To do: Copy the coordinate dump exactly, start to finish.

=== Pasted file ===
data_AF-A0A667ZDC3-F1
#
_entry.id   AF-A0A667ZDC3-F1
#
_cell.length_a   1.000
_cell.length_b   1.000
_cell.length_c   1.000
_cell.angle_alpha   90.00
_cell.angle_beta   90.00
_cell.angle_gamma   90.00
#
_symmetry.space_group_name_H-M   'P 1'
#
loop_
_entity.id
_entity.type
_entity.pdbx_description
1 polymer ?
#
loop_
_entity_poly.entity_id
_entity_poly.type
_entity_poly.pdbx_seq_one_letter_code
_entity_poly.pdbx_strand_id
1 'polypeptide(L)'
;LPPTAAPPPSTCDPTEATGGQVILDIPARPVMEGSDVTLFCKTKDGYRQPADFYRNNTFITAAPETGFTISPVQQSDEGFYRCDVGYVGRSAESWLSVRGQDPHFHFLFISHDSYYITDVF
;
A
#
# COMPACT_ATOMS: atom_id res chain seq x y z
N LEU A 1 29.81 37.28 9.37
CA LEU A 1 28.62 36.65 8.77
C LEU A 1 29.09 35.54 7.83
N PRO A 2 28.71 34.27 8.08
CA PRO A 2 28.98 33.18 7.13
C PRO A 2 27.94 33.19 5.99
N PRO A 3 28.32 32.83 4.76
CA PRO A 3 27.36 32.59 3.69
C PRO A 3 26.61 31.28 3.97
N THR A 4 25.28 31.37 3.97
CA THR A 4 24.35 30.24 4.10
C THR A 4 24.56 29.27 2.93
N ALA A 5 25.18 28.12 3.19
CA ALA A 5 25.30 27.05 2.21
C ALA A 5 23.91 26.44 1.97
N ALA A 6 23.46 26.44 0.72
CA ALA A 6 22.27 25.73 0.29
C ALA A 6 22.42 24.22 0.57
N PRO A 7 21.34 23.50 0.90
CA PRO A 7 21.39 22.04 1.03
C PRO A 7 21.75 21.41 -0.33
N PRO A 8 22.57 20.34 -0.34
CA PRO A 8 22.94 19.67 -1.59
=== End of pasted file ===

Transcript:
data_AF-A0A667ZDC3-F1
#
_entry.id   AF-A0A667ZDC3-F1
#
_cell.length_a   1.000
_cell.length_b   1.000
_cell.length_c   1.000
_cell.angle_alpha   90.00
_cell.angle_beta   90.00
_cell.angle_gamma   90.00
#
_symmetry.space_group_name_H-M   'P 1'
#
loop_
_entity.id
_entity.type
_entity.pdbx_description
1 polymer ?
#
loop_
_entity_poly.entity_id
_entity_poly.type
_entity_poly.pdbx_seq_one_letter_code
_entity_poly.pdbx_strand_id
1 'polypeptide(L)'
;LPPTAAPPPSTCDPTEATGGQVILDIPARPVMEGSDVTLFCKTKDGYRQPADFYRNNTFITAAPETGFTISPVQQSDEGFYRCDVGYVGRSAESWLSVRGQDPHFHFLFISHDSYYITDVF
;
A
#
# COMPACT_ATOMS: atom_id res chain seq x y z
N LEU A 1 29.81 37.28 9.37
CA LEU A 1 28.62 36.65 8.77
C LEU A 1 29.09 35.54 7.83
N PRO A 2 28.71 34.27 8.08
CA PRO A 2 28.98 33.18 7.13
C PRO A 2 27.94 33.19 5.99
N PRO A 3 28.32 32.83 4.76
CA PRO A 3 27.36 32.59 3.69
C PRO A 3 26.61 31.28 3.97
N THR A 4 25.28 31.37 3.97
CA THR A 4 24.35 30.24 4.10
C THR A 4 24.56 29.27 2.93
N ALA A 5 25.18 28.12 3.19
CA ALA A 5 25.30 27.05 2.21
C ALA A 5 23.91 26.44 1.97
N ALA A 6 23.46 26.44 0.72
CA ALA A 6 22.27 25.73 0.29
C ALA A 6 22.42 24.22 0.57
N PRO A 7 21.34 23.50 0.90
CA PRO A 7 21.39 22.04 1.03
C PRO A 7 21.75 21.41 -0.33
N PRO A 8 22.57 20.34 -0.34
CA PRO A 8 22.94 19.67 -1.59